Many of the discs I own are partly for the special features. Some titles I own are only for the special features.
I wouldn’t say I bought the Scream Factory blu-ray for 1955’s This Island Earth solely for the special features, but they helped me to better appreciate a film that’s best known for being the subject of Mystery Science Theater 3000: The Movie. The MST3K movie was only way I had seen if before (twice actually), and I felt the source material provided ample fodder for mockery.
There’s flying saucers. There’s a monster than looks like a humanoid prawn, with a large, exposed brain and which is wearing pants. There are aliens with high foreheads that immediately brought to my mind the line from “We Want a Rock” by They Might Be Giants where “Everybody wants prosthetic foreheads on their real heads.”
Not that the movie does itself any favors with its advertising campaign focusing on how it was “2 ½ Years in the Making!” Even looking at other films of the era, it is hard to believe that much time, money and effort went into this. It’s the kind of movie where “fireballs” fly through space on highly visible supports. It’s the kind of movie where the interiors of flying saucers are roomy enough to hold a ballroom dancing competition inside. Which would be quite a spectacle, now that I think about it.
The plot concerns a war between two planets, one of which (Metaluna) has been secretly enlisting Earth’s best scientists in helping it restore a protective layer of its atmosphere, so as to withstand barrages of fireballs from the other planet. I was never sure exactly what the scientists were supposed to accomplish since the aliens provide hardware and calculations beyond human comprehension. Why don’t the aliens just do the job themselves, if they have superior knowledge and all the equipment?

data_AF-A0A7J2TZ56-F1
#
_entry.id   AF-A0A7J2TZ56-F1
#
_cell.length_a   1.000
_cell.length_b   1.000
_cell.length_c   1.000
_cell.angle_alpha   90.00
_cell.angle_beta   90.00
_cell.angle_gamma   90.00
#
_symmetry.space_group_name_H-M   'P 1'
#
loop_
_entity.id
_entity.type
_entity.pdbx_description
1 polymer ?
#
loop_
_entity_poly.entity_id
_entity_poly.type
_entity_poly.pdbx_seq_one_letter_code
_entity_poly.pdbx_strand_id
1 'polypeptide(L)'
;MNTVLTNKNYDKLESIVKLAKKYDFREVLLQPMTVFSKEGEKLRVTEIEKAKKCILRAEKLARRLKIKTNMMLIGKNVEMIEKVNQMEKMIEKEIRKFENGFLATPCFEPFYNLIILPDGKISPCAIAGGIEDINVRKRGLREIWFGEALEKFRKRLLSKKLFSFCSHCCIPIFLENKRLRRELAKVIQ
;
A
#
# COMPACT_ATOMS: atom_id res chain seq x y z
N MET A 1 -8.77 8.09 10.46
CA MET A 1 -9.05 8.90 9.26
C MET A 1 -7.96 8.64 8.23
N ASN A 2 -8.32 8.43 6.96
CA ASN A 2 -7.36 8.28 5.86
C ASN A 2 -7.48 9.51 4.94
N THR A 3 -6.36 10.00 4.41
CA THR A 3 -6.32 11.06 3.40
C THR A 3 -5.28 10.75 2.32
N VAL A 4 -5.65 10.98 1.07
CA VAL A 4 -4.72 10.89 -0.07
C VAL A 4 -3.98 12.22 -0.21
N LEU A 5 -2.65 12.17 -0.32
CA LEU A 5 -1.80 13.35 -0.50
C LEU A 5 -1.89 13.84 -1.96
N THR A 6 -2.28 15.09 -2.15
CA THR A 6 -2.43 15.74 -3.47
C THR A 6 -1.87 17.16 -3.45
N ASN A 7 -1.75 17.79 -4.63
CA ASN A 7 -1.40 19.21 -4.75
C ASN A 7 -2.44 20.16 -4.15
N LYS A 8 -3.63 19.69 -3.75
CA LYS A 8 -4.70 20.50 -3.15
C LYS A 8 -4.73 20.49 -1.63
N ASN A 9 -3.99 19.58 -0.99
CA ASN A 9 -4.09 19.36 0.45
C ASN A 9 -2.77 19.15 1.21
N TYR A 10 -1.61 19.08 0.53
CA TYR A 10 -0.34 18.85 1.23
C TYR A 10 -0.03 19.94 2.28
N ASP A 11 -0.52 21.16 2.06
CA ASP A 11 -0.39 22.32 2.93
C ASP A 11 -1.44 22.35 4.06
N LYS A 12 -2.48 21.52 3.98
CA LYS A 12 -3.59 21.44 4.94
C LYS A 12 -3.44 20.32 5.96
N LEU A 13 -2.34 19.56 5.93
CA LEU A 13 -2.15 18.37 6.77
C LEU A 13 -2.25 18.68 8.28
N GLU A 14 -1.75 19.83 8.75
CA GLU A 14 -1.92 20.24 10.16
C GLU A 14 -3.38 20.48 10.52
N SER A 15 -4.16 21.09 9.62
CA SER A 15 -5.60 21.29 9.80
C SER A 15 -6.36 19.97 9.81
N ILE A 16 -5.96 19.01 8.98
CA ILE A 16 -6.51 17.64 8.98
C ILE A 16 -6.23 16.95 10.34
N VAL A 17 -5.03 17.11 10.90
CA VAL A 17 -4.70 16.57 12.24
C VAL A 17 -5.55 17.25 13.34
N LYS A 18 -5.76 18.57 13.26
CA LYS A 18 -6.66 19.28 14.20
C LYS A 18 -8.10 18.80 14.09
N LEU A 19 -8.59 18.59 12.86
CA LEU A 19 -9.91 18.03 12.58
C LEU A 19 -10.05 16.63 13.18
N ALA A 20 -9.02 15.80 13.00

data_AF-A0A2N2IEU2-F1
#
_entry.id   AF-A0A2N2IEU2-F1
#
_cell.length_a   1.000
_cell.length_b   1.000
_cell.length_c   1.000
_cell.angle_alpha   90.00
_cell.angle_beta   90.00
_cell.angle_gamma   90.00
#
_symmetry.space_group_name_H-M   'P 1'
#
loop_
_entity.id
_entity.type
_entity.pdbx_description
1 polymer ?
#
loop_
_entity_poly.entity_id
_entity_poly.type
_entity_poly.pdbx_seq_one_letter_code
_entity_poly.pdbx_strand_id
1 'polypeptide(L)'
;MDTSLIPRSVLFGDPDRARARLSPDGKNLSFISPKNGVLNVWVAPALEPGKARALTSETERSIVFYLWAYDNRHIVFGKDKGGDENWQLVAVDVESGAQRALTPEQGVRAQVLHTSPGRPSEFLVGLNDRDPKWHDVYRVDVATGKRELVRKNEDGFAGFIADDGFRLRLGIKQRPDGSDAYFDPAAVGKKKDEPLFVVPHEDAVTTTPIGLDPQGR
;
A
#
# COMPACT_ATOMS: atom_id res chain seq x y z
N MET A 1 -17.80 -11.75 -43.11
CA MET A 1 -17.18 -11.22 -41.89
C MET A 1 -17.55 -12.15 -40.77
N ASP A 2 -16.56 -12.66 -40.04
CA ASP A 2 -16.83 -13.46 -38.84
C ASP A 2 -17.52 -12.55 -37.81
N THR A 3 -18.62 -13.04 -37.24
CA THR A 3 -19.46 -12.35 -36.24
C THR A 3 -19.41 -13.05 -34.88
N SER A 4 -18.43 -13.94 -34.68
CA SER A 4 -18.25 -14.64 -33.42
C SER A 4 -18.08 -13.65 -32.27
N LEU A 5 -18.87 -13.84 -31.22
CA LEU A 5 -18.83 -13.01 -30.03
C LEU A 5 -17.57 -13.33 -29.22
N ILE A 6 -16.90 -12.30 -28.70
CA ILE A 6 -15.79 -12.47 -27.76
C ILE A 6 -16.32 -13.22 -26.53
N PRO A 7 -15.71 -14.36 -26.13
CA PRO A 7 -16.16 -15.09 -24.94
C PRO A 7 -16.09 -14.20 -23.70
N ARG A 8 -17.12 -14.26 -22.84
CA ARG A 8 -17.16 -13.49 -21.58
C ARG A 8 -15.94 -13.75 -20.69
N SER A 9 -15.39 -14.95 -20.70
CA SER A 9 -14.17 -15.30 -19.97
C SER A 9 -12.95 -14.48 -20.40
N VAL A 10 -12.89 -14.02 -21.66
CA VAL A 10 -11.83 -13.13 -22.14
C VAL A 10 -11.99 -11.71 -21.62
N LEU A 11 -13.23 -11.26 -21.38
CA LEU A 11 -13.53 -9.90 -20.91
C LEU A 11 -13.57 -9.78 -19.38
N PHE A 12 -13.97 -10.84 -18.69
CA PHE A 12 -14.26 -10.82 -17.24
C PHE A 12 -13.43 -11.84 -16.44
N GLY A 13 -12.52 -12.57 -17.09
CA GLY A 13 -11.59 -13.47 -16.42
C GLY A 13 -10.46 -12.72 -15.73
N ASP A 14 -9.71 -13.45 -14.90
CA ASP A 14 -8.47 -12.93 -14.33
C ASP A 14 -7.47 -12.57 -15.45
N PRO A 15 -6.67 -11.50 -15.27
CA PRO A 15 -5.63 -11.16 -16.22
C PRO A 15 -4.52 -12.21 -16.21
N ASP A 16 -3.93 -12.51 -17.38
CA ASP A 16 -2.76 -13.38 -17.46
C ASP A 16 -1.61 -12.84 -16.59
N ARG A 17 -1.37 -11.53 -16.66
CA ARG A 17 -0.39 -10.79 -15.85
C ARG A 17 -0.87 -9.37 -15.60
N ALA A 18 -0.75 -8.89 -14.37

Perhaps the most interesting aspect of the movie is the recruitment process by which aliens test scientists to determine if they are worthy. In the case of the doctor played by Rex Reason (what a stage name, no?), his lab has been receiving electronic parts they have never seen or heard of before, such as a resistor that “held 30,000 volts with no leakage”. To which my wife promptly said, “That sounds like a personal problem.”
Next, a massive parts catalog arrives, and the scientists order one of each part. I like a bit where the various mysterious part are strewn across the lab, like a nightmare version of what any parent might find themselves in on a Christmas morning with facing something that has “some assembly required”.
At least these items seem to serve some sort of purpose. All we watched these bozos do on their own before this was inexplicably lowering a monolith into what looks like a giant toaster, only to have it burst into flames. Good thing they didn’t try this experiment with the giant Pop Tart first.